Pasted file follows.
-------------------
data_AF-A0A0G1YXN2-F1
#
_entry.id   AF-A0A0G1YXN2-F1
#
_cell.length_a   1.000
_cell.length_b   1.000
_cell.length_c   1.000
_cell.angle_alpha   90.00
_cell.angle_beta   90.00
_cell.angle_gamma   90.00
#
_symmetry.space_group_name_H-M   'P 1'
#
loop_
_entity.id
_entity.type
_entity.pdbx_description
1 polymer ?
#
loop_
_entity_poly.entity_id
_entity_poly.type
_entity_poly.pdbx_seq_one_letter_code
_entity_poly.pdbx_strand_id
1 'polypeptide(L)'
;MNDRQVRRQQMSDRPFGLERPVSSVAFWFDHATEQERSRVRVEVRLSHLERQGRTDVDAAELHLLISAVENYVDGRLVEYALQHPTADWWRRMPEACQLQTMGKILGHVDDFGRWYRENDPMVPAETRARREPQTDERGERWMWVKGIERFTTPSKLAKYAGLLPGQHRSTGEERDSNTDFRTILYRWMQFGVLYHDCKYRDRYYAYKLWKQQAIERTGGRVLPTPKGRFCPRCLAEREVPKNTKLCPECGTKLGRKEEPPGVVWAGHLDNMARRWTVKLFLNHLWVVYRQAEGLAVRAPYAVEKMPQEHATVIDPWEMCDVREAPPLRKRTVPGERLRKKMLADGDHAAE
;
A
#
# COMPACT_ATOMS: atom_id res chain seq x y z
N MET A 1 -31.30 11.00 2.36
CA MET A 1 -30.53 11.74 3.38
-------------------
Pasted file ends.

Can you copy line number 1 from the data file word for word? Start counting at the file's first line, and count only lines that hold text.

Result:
data_AF-A0A0G1YXN2-F1